24 Double ureter

Royal Victoria Hospital
Date: 1951
Size (H x W x D cm): 12 x 9 x 3

The kidneys show fetal lobulation, but are otherwise unremarkable. Two renal pelvices can be seen on each side (more clearly on the left, arrows in A). Each gives rise to a ureter, which join near the bladder wall (back view, B).


A. Click on image to enlarge.      B. Click on image to enlarge.

History: Still born (unknown gestational date). Concomitant anencephaly and spina bifida.

Comment: Ureteral development begins around the 4th week of gestation as a ureteric bud arising from the mesonephric (Wolffian) duct near the cloaca. It is believed that ureteral duplication occurs if this bud either splits or arises twice. Frequently, the associated kidney is divided into upper and lower lobes, which blend imperceptibly into each other. Occasionally (as in this case), the division gives rise to two separate pelvices in the same kidney; rarely, there are two separate kidneys.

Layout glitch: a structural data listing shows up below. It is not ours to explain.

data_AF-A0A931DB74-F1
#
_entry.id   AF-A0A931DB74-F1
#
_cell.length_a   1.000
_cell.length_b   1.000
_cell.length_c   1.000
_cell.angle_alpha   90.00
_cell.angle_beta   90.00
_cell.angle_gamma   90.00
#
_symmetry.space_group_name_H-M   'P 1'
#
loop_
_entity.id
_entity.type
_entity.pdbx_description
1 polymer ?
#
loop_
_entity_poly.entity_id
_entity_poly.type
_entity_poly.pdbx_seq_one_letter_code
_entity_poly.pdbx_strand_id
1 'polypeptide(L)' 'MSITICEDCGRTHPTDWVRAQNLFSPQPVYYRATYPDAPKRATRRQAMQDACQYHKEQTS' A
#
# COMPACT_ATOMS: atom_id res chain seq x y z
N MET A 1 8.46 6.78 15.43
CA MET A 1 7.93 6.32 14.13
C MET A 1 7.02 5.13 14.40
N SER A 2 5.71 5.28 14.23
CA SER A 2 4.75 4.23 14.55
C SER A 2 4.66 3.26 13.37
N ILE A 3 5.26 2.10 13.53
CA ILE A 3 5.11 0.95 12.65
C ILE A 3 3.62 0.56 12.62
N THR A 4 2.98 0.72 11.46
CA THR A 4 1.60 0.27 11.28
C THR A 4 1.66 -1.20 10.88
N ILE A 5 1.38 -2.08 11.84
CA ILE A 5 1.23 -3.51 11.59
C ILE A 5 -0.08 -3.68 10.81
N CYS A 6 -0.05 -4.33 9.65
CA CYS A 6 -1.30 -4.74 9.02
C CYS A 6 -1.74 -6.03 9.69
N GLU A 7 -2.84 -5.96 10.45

The condition is not uncommon, affecting about 1% of the population. In most cases, the two ureters join to form a single ureter, which enters the bladder normally (partial or incomplete double ureter); in this instance, there are usually no associated complications or symptoms. Rarely, the two ureters are completely separate, each draining into the bladder, or one into that structure and the other into the vagina or urethra. Individuals so affected may have incontinence or hydroureter/hydronephrosis, sometimes complicated by infection.

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